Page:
IBWM StaffComment

Mikel Merino

IBWM StaffComment
Mikel Merino

Midfielder | Real Sociedad | Spain


A penniless man’s Xabi Alonso, or a poor man’s Asier Illarramendi. Mikel Merino is a deep-lying playmaker of the typical Spanish mould, who tend to measure in a little taller and pass with a little extra range than the more diminutive creators deployed just in front of them, but 2018 was not a year to suggest he will be following in the footsteps of the Liverpool and Real Madrid icon any time soon.

IBWM - Mikel Merino.jpg

2018 has been…

A bitter disappointment, especially for a player who lifted the U19 European Championship with Spain in 2015 and continues to represent his national side at U21 level. Out of the three U21 caps earned this year, though, two of them came at centre-half rather than midfield, which typifies how the level of potential Merino’s shown since his younger years has gradually waned, making him an expendable member of what is usually the most important department of any Spanish team.

Injuries have no doubt been a factor with the 22-year-old side-lined for much of this season, but the real concern here is how distinguished clubs from arguably Europe’s three biggest top flights have sought to pass him around over the last 18 months like a plate of poorly-boiled Brussel sprouts at Christmas dinner.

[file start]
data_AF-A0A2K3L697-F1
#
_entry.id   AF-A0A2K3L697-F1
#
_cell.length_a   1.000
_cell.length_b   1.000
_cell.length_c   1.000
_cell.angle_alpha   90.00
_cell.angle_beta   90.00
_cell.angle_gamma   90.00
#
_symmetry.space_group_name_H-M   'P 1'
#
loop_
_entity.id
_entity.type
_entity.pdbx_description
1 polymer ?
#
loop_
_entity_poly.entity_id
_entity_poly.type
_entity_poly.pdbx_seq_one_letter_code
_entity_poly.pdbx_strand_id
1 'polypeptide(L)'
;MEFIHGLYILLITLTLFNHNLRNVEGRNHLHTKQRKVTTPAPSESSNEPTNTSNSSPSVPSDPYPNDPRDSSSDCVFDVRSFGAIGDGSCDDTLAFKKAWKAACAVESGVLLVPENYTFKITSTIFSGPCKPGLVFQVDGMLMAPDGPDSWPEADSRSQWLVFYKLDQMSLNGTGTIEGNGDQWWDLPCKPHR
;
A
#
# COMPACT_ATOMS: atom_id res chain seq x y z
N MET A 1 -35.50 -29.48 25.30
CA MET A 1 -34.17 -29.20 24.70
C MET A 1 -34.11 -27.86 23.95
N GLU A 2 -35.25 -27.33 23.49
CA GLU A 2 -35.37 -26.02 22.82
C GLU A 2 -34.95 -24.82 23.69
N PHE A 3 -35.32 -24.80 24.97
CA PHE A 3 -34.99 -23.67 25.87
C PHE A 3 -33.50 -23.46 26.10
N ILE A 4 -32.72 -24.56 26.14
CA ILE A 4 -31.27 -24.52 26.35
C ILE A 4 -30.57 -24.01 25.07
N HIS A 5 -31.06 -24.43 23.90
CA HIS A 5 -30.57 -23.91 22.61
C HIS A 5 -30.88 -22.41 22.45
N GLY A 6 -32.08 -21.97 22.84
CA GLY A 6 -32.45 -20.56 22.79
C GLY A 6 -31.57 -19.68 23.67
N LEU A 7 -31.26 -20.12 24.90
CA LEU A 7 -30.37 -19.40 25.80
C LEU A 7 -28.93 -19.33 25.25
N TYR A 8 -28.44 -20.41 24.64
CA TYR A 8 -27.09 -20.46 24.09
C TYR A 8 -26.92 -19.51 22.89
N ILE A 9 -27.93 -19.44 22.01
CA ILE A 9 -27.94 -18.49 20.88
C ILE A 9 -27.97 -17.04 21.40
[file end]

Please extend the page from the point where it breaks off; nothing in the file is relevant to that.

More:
Indeed, in the latter portion of 2017 Newcastle triggered an appearance-based clause to sign Merino permanently from Borussia Dortmund, but that seemed to also trigger the summer signing’s sudden decline, going on to make just eight appearances for the Magpies in 2018 (just two being starts) before finding himself sold to Real Sociedad. The move to Anoeta hasn’t gone too well either - only five starts so far in La Liga and subbed off early (once through injury) in three of those.

What’s next?

Making his way back into the Real Sociedad starting XI on a consistent basis, which won’t be that easy with the aforementioned Illarramendi knocking about in the same squad. Nonetheless, it does give him a direct figure to learn the ropes from, and Merino is at least now in the familiar surroundings of Spanish football - the place where his potential once shined for Osasuna in the second tier.

D - A year of steady regression that leaves Merino in danger of dropping into relative obscurity